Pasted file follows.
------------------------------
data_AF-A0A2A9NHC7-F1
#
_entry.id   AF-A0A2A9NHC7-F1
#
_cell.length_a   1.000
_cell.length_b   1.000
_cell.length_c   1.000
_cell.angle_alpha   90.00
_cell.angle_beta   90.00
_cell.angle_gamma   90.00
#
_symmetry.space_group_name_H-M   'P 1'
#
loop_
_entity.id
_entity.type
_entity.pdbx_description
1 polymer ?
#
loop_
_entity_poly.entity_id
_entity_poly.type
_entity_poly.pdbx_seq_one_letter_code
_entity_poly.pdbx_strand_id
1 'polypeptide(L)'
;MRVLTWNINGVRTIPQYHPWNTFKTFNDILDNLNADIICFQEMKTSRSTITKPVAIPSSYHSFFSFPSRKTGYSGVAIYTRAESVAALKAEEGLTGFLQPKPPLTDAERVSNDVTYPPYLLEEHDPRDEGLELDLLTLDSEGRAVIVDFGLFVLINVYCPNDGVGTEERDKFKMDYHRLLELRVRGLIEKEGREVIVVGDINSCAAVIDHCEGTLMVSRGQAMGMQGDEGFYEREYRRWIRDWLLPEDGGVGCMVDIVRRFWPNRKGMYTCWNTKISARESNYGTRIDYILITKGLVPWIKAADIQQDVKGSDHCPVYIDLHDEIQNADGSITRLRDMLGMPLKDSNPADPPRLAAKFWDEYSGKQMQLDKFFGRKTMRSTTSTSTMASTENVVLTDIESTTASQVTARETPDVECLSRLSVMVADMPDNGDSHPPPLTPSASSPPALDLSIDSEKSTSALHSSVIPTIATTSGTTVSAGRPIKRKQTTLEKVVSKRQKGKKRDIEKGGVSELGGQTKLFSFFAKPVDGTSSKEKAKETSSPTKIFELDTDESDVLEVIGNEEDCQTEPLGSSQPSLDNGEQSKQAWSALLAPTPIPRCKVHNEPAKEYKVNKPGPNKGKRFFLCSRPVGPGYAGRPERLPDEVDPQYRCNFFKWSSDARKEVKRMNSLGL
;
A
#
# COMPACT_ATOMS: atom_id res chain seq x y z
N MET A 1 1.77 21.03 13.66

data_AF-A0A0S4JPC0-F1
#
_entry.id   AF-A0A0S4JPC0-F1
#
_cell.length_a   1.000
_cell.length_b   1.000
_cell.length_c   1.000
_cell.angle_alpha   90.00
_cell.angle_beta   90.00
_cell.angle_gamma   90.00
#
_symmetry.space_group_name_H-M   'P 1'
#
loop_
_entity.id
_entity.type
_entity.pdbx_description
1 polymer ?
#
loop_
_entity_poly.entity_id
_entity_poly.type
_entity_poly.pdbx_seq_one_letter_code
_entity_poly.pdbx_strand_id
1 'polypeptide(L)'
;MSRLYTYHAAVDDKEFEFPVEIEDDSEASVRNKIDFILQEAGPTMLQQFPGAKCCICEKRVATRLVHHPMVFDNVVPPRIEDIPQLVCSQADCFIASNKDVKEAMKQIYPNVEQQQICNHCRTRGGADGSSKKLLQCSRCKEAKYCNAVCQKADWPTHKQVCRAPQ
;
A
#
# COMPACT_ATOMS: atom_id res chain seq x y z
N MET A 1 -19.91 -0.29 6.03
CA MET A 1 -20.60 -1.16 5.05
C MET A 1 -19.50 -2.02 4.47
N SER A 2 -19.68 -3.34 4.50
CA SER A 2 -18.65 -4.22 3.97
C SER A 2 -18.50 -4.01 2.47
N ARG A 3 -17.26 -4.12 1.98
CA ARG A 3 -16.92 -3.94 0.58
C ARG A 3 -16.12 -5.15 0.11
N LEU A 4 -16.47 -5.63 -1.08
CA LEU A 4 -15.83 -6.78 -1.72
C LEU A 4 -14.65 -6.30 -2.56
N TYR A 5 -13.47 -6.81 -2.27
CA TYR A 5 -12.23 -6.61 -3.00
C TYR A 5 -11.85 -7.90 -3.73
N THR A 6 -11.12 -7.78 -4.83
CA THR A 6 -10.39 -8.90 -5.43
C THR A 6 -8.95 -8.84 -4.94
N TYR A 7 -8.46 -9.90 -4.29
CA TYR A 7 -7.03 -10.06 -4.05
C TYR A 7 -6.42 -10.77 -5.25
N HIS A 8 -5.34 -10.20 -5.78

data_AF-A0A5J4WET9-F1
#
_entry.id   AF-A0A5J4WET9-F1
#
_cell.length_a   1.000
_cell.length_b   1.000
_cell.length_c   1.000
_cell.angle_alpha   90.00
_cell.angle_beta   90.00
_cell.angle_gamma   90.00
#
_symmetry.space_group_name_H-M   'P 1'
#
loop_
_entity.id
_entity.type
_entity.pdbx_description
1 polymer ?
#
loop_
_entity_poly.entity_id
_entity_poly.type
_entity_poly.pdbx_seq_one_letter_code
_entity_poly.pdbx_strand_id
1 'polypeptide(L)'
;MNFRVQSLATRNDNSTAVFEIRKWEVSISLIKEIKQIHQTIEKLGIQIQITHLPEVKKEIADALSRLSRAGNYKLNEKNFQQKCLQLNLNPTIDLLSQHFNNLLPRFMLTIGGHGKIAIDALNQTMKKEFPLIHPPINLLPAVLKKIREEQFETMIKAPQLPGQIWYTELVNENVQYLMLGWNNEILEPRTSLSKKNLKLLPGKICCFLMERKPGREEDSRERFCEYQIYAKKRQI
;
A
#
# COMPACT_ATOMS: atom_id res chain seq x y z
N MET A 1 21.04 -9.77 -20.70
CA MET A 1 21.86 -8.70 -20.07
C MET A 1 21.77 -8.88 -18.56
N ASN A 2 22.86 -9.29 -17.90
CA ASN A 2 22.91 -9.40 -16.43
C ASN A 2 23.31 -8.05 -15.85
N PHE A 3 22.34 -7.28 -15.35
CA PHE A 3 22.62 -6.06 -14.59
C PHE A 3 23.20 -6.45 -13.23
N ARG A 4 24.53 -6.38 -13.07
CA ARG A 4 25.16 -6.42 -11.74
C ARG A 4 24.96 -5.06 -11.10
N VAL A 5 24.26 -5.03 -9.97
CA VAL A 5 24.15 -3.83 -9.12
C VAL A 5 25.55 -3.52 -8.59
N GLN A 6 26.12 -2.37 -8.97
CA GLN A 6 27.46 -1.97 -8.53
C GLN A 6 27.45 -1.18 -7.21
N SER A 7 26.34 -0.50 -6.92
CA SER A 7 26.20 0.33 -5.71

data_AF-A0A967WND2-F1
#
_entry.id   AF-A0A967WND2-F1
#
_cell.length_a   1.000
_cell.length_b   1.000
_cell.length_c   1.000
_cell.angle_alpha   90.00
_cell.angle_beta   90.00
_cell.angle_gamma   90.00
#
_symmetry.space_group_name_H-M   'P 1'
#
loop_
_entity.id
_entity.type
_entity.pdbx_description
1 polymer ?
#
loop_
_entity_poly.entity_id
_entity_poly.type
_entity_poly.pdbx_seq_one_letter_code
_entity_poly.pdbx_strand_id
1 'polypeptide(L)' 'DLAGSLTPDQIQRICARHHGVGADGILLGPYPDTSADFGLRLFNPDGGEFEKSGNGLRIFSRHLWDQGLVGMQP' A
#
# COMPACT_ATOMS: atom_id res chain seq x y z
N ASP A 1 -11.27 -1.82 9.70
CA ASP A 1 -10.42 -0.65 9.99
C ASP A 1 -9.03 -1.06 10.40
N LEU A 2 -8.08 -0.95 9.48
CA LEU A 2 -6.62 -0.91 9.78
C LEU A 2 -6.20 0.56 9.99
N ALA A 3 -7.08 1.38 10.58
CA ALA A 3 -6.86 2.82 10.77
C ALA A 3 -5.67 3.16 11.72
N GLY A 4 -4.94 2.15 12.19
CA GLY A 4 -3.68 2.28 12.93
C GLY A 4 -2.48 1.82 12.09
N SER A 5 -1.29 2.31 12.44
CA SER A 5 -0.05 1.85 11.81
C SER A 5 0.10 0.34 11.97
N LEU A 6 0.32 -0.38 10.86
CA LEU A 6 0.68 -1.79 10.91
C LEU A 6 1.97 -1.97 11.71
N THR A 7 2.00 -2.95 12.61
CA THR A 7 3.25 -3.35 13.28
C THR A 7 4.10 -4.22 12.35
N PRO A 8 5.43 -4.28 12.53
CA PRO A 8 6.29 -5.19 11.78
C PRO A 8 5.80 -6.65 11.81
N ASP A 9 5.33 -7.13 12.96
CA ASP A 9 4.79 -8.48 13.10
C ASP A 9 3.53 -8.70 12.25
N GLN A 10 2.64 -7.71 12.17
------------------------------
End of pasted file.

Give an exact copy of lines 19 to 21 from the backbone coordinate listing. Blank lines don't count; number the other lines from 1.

#
loop_
_entity_poly.entity_id